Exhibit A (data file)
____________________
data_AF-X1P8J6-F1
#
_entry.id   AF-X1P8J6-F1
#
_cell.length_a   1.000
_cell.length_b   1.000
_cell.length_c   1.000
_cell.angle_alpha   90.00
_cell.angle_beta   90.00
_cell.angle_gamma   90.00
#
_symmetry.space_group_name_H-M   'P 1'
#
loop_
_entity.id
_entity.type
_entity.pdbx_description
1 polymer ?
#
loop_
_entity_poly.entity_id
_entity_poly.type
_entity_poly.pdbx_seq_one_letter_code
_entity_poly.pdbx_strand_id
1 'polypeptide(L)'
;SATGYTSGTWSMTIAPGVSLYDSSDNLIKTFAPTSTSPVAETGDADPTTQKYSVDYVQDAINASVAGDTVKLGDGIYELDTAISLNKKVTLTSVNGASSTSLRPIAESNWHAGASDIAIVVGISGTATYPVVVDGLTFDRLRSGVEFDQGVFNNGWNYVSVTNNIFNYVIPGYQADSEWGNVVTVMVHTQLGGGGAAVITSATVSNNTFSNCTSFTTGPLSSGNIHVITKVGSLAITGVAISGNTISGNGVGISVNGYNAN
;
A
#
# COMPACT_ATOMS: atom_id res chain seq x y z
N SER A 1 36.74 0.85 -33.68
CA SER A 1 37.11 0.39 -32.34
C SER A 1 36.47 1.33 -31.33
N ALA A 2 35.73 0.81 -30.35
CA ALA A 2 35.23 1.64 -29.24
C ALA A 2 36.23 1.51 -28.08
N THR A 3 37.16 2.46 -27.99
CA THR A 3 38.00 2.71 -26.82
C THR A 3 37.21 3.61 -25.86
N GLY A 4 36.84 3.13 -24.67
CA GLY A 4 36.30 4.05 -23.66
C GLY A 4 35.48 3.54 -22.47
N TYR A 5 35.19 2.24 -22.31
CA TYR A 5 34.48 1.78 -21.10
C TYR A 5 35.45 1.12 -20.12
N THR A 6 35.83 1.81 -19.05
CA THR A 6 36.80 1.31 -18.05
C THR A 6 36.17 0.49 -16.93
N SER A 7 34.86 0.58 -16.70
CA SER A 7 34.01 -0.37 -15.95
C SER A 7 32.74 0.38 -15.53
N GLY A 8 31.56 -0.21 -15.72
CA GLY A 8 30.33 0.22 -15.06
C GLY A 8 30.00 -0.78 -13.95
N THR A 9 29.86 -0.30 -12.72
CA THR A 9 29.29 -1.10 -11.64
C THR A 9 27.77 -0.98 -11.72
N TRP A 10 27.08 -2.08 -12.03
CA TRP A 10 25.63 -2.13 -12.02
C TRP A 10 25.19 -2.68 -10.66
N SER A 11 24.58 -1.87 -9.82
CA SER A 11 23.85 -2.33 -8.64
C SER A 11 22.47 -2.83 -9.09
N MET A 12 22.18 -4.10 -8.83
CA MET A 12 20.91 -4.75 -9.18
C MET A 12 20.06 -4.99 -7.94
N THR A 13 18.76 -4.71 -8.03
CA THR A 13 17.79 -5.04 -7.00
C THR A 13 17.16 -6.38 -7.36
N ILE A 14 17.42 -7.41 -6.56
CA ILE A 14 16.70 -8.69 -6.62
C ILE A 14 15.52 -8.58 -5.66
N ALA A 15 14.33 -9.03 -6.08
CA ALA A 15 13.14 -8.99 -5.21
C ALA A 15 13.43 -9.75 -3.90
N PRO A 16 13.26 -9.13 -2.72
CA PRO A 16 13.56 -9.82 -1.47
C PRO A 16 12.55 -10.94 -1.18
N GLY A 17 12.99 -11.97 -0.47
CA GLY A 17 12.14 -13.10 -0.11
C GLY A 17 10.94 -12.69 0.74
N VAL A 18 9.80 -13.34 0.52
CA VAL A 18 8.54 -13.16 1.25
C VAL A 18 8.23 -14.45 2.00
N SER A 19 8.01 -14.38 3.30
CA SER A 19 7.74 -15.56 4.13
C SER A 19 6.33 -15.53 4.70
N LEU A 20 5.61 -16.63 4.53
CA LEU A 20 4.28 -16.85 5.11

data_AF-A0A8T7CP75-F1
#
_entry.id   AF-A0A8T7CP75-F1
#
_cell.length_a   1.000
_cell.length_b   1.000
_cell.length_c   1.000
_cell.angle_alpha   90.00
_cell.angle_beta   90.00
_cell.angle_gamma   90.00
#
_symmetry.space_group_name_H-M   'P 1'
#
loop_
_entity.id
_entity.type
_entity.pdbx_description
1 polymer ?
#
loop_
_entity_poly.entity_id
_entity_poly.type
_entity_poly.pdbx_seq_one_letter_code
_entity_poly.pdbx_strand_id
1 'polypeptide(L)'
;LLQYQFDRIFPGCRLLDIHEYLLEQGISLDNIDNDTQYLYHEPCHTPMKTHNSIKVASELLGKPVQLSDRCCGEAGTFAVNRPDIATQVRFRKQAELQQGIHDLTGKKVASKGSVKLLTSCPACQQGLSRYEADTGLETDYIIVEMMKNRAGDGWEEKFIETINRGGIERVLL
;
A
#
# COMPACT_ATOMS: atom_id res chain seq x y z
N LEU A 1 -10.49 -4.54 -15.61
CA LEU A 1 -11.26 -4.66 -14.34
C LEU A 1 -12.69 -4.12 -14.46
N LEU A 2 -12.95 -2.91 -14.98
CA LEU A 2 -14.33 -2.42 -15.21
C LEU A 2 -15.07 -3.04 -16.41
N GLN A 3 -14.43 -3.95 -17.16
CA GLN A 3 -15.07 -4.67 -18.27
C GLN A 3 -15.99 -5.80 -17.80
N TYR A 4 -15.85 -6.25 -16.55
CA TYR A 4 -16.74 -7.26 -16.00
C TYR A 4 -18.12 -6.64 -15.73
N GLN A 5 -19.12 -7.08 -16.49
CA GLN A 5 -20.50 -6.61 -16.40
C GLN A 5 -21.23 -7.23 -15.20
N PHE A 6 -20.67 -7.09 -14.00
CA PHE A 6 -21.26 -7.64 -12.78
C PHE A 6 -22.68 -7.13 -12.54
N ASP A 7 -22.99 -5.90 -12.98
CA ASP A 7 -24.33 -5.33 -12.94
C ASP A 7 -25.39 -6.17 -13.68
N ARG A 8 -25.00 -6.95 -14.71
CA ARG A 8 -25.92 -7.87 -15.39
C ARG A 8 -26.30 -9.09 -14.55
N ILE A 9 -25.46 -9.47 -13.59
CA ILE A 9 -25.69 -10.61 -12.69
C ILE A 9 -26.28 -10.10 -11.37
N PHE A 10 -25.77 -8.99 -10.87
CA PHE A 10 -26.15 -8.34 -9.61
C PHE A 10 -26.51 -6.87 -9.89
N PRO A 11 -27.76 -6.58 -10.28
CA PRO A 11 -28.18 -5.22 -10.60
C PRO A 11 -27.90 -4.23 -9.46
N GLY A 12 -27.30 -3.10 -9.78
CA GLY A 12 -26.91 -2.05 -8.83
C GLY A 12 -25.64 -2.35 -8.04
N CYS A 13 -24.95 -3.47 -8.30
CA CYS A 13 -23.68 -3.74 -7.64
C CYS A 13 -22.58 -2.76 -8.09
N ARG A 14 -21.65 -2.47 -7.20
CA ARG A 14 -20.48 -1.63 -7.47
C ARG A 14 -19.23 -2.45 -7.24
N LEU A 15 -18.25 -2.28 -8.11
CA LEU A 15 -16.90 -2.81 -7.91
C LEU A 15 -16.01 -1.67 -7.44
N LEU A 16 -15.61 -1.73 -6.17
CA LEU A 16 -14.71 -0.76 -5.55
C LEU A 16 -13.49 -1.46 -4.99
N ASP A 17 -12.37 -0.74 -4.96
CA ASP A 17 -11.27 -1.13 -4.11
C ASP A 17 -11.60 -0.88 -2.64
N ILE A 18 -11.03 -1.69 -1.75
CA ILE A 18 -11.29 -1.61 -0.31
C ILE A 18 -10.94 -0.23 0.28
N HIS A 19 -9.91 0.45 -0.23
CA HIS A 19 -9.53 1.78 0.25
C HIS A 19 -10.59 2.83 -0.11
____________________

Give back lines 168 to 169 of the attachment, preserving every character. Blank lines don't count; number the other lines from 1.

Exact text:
N ASP A 17 -12.37 -0.74 -4.96
CA ASP A 17 -11.27 -1.13 -4.11